Jurgita: Great. From my side, I would advise you to stop looking for people who are similar to you. We have to accept that everybody is different and adjust how we work with people.

I have a question regarding work-life balance. Marcelo, how do you achieve that balance?

Marcelo: When I was doing my EMBA, I was younger and single. So I think it was easier compared to my current studies. I was following my own rules and hitting targets pretty well. Thus I managed to have time to go out with my friends, too. Now that I have a two-and-a-half-year-old kid and another coming in March, I have to be really transparent with my family about the Master’s degree I am pursuing. If you openly share with them why you need it and do your best to find time for your loved ones, everything is possible, and they’ll become big supporters.

Amina: I agree with what Marcelo said. When I decided to do my EMBA, I told my husband why it was important for me and he understood. At first he said he would not be able to help me with the kids and their logistics due to the nature of his work, but in the end he found a way to be home on time. It is important to have support from your family and speak to them. Explain that you will have less time but that it is crucial for your self-development and career. One more piece of advice: when you jump into the EMBA, make sure you do not have to manage other big projects simultaneously, e.g., moving houses, changing positions at work (like I did), handling a divorce, etc. – it is just too much to manage for one person.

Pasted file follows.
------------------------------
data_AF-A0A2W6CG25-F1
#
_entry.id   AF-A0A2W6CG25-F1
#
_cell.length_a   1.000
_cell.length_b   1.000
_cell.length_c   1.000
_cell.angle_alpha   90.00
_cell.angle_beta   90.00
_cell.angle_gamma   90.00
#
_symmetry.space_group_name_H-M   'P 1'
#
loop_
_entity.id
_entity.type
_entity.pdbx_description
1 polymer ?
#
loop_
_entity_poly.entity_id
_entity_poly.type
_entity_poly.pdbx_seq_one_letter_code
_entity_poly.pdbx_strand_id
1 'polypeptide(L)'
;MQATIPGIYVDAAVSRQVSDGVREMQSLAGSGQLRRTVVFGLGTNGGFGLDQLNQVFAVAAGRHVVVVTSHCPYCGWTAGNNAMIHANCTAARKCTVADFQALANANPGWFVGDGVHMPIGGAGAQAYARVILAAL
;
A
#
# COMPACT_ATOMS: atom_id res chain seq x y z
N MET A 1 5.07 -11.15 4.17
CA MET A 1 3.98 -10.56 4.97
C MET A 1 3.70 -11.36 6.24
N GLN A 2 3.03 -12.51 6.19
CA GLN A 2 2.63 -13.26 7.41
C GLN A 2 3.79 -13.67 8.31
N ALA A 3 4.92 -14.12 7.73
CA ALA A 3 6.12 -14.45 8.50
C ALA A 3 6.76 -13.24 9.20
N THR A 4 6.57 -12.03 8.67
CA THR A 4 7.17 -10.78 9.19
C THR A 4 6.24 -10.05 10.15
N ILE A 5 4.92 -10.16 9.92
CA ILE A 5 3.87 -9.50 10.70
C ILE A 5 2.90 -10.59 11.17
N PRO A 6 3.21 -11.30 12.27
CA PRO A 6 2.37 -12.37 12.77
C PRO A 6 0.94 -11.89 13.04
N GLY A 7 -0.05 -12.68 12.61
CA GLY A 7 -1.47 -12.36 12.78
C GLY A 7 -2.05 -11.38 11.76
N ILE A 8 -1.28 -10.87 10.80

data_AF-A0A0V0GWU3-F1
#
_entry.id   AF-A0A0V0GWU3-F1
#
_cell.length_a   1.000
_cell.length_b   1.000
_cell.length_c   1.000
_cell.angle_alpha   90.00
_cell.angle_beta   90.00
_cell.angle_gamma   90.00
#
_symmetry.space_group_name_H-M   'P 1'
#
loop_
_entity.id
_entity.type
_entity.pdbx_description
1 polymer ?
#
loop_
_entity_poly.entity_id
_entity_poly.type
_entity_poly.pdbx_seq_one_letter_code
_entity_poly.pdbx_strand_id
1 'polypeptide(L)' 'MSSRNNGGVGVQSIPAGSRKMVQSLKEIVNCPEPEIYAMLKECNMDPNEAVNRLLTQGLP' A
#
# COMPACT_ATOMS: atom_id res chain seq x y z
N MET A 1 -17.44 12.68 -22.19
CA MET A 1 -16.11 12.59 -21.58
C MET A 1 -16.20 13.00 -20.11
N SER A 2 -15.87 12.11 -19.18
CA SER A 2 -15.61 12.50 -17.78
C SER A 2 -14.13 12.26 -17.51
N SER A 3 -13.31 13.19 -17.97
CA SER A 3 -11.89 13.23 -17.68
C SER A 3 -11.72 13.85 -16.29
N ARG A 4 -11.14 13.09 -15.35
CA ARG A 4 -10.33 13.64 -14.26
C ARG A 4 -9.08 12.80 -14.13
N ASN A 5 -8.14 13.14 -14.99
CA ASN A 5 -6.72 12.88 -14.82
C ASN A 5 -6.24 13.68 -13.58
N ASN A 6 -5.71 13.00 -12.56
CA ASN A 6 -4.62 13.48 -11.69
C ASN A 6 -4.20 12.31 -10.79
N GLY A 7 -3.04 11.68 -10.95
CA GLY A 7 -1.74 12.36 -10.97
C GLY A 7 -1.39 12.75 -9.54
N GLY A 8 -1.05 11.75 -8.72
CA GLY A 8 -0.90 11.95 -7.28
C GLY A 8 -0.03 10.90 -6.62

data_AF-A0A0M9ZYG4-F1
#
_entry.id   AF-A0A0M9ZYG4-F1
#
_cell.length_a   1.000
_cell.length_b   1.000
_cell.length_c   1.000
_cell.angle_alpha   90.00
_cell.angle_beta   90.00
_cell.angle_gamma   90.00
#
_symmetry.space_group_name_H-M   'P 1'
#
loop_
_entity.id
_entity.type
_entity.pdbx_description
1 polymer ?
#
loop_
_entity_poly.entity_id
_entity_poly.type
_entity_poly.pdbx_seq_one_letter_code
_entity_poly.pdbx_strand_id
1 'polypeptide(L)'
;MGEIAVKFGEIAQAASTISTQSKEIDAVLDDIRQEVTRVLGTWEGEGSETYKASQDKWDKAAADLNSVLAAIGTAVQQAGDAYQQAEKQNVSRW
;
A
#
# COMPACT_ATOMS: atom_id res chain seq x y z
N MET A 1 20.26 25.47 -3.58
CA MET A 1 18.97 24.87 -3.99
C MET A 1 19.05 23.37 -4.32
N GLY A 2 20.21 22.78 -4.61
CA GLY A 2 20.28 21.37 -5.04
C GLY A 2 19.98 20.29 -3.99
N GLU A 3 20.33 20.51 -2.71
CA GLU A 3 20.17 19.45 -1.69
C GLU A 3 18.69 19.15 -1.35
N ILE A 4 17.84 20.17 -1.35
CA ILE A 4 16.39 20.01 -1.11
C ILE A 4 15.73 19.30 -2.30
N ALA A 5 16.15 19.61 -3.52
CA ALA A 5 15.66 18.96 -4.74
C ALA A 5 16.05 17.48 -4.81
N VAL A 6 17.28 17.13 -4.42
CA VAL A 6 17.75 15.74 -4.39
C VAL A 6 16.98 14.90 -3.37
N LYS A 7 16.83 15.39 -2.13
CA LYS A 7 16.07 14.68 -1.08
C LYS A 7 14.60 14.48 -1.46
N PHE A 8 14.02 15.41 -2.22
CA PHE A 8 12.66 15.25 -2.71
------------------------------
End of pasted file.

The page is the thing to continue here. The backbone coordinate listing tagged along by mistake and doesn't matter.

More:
Jurgita: As a business owner, I would add that having a trustworthy business partner can be invaluable. I am so thankful to my business partner, who covered me when I was writing my diploma paper. Now she is doing her EMBA, so I am returning the debt. Believe me, everything is manageable, but you have to prepare yourself mentally.

Faisa (listener): Do you have any advice for a leader who lacks technical skills to be seen as the right person by others?

Marcelo: Do an EMBA. Remember that you can lead experts without being an expert yourself. Take my example. I moved to digital solutions without having any background in that. Will I become an expert? No. But will I be able to talk about the subject? Yes. I have to deepen my knowledge in it, but even a basic understanding will help me communicate and understand what the experts are talking about and be on the same page.

Zara (listener): When is the right time to do an EMBA? Is it just after finishing studies, or is it after some years in the market?

Jurgita: In my opinion, definitely after working for a couple of years – maybe four or five. You will then take more advantage of the studies and build a better network, as it all comes with experience and age, I think.

Mantas (listener): How has your motivation evolved along your journey?

Jurgita: I believe self-inspiration is one of the top qualities that a good leader should have, I jokingly call it “self-brainwash”. Sometimes I feel I’d rather go back to the times when I only had to take care of myself, but then I remember why I’m doing what I’m doing and why it is important. I guess motivation is like the sea. It goes up and down, but how you deal with these periods is the only thing that matters.

Marcelo: You have to learn to enjoy challenges. When you remind yourself what will happen if you succeed, you automatically get passionate about it and in the mood to say “yes” to another challenge. It’s hard, but we all can do it.